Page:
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Poland wants NATO nukes to counter Russia threat

Published 7 December 2015

The Polish Defense Minister says he is thinking of asking NATO to allow nuclear weapons to be deployed on its territory. The alliance’s program allows non-nuclear countries to borrow US missiles. However, such a move would unlikely be taken kindly by Russia.

Defense Minister Tomasz Szatkowski made the statement on Saturday during an interview with the Polish broadcaster Polsat, as cited by AP. He says that the ministry is contemplating whether to ask for access to the nuclear sharing program, which would allow Warsaw to boost its defenses.

This is the first time that a Polish official has made a statement of intent about wanting to host nuclear weapons on its soil.

However, the Polish Defense Ministry has issued a statement that Warsaw has not asked and is not looking to house NATO nuclear weapons on its territory, according to RIA.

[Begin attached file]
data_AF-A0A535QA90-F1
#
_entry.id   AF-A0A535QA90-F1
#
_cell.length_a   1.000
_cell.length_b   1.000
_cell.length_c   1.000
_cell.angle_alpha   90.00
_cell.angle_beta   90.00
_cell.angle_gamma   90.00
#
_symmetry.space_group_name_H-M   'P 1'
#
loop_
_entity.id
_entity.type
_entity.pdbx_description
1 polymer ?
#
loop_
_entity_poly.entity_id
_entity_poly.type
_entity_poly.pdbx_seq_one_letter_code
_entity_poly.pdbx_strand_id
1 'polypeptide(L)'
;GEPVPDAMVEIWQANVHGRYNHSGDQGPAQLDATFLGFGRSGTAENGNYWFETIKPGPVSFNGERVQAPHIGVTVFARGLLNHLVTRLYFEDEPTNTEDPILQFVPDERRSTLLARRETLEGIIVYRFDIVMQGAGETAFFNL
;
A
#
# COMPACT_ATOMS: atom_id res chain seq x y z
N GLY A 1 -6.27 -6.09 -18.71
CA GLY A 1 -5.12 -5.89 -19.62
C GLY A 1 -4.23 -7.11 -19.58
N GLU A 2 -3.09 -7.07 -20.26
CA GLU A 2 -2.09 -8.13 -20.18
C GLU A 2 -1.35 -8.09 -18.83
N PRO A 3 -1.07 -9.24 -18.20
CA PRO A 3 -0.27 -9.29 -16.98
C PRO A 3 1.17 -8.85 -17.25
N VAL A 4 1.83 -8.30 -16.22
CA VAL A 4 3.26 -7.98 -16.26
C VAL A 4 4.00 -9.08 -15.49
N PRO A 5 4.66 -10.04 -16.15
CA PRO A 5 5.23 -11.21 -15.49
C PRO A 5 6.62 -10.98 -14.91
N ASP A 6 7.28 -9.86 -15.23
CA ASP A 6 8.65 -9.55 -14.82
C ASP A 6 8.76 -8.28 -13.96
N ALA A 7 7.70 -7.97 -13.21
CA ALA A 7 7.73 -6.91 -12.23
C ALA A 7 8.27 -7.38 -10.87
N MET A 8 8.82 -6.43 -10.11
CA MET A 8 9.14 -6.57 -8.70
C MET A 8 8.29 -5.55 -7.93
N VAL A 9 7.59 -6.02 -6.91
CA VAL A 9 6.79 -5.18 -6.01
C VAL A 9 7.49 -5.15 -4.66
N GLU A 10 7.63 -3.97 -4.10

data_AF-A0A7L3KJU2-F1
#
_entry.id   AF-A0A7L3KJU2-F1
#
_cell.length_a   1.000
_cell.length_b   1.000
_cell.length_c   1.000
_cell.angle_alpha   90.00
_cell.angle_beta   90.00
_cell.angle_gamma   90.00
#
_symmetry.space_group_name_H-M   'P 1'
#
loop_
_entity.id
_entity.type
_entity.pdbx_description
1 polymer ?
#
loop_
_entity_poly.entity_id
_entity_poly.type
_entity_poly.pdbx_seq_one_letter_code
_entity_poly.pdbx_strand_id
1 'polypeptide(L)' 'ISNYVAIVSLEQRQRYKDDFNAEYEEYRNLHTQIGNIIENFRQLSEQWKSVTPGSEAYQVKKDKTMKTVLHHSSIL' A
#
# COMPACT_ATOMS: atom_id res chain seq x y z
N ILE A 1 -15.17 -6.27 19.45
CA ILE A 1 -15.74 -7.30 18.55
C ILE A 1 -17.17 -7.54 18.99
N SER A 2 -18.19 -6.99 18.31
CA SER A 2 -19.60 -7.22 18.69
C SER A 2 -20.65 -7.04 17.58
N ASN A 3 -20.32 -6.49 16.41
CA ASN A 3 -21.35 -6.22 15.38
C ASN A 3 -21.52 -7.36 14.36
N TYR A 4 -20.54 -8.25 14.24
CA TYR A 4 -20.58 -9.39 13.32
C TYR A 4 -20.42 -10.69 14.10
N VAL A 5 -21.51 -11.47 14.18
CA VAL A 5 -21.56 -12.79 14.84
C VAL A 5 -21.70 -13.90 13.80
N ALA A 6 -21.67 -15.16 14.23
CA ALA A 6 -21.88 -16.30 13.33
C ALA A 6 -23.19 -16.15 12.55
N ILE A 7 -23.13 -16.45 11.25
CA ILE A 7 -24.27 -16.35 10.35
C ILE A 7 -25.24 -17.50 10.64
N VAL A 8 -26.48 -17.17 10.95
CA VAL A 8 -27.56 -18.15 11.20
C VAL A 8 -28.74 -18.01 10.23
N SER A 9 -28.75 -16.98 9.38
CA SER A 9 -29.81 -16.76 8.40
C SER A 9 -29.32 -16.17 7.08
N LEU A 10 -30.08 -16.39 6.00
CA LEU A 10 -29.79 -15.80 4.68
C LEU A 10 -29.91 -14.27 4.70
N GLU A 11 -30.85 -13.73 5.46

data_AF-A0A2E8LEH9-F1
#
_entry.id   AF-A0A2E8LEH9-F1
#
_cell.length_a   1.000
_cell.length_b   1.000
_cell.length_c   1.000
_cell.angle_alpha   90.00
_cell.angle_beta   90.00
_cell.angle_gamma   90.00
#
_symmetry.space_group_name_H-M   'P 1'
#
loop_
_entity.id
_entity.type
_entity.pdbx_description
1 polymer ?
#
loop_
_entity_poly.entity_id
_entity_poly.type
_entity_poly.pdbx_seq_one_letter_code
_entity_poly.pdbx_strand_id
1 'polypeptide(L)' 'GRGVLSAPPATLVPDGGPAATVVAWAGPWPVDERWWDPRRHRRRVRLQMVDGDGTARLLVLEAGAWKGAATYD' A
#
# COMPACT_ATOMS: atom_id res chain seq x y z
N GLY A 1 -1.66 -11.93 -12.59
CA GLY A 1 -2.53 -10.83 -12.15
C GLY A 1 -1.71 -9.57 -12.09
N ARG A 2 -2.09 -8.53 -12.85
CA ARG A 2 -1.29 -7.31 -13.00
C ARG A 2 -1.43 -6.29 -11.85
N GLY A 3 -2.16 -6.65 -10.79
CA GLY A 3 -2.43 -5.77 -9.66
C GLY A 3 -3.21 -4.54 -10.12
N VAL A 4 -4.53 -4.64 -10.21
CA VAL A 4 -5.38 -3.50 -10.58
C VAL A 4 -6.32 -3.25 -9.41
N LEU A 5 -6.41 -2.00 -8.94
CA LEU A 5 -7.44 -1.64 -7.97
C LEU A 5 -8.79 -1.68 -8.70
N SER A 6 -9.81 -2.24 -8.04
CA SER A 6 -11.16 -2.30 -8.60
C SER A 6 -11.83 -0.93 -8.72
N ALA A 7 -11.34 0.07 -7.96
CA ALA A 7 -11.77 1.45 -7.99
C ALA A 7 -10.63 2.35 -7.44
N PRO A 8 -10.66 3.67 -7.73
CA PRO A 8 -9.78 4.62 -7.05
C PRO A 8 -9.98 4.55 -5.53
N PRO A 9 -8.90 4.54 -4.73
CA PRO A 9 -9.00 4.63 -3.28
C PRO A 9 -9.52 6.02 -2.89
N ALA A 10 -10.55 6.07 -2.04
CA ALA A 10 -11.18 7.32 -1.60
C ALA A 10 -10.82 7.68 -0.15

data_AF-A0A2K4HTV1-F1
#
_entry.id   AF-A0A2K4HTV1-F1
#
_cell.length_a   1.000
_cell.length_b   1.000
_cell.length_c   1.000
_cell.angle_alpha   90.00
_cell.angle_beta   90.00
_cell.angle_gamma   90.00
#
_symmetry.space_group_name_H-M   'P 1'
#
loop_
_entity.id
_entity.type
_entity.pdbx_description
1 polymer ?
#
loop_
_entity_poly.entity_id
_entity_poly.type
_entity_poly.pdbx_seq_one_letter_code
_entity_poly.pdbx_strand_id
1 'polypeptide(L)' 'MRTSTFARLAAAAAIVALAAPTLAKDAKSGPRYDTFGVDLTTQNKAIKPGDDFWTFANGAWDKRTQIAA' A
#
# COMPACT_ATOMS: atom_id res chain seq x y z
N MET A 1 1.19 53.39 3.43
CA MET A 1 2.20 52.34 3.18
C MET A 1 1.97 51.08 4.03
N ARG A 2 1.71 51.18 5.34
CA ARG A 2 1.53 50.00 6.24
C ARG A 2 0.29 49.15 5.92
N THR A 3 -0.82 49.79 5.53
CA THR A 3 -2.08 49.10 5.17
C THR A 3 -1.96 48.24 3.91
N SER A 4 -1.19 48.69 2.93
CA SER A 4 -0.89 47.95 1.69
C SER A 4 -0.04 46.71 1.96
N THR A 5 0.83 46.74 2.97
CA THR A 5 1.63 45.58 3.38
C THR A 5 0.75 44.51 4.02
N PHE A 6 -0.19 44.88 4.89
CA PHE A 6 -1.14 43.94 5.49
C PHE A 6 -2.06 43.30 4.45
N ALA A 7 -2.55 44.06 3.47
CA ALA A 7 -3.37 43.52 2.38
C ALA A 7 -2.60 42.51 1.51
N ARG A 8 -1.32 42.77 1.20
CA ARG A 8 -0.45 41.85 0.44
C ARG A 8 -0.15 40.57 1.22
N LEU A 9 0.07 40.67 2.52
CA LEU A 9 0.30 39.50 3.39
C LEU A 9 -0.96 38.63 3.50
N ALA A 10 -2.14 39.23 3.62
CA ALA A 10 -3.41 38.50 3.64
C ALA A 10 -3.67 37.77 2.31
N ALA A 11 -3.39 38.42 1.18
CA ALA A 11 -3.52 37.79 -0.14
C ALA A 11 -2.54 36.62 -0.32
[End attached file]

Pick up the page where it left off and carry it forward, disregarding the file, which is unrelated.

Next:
However, if the plan does go ahead, it is likely to produce a fierce rebuke from Moscow. Russian President Vladimir Putin said in June that if NATO threatens Russia, Moscow will respond to the threat accordingly.

“If someone threatens our territories, it means that we will have to aim our armed forces accordingly at the territories from where the threat is coming. How else could it be? It is NATO that [is] approaching our borders, it’s not like we are moving anywhere,” he said.

Poland has been one of NATO’s staunchest allies, since joining the alliance in 1999. It has also been keen to establish further links and in September Poland’s parliament gave the green light to President Andrzej Duda to ratify a technical agreement on establishing a US anti-missile base in Redzikowo. Under the NATO-backed plan, the facility should be operational by 2018.

The agreement in question is a part of a much-debated NATO-backed plan that was first agreed on by the US and Poland in 2008. At that time, it was claimed that the base was necessary to counter the risk of a possible missile attack from Iran or North Korea. However, an agreement has been reached with Tehran about a peaceful end to Iran’s nuclear ambitions.

“We all probably remember that in April 2009 in Prague [US] President [Barack] Obama said that if the Iran nuclear program issue is sorted out, then the task of creating the European segment of the missile defense system would disappear,” Russia’s foreign minister, Sergey Lavrov, said adding that Washington’s missile defense plans had no justification anymore.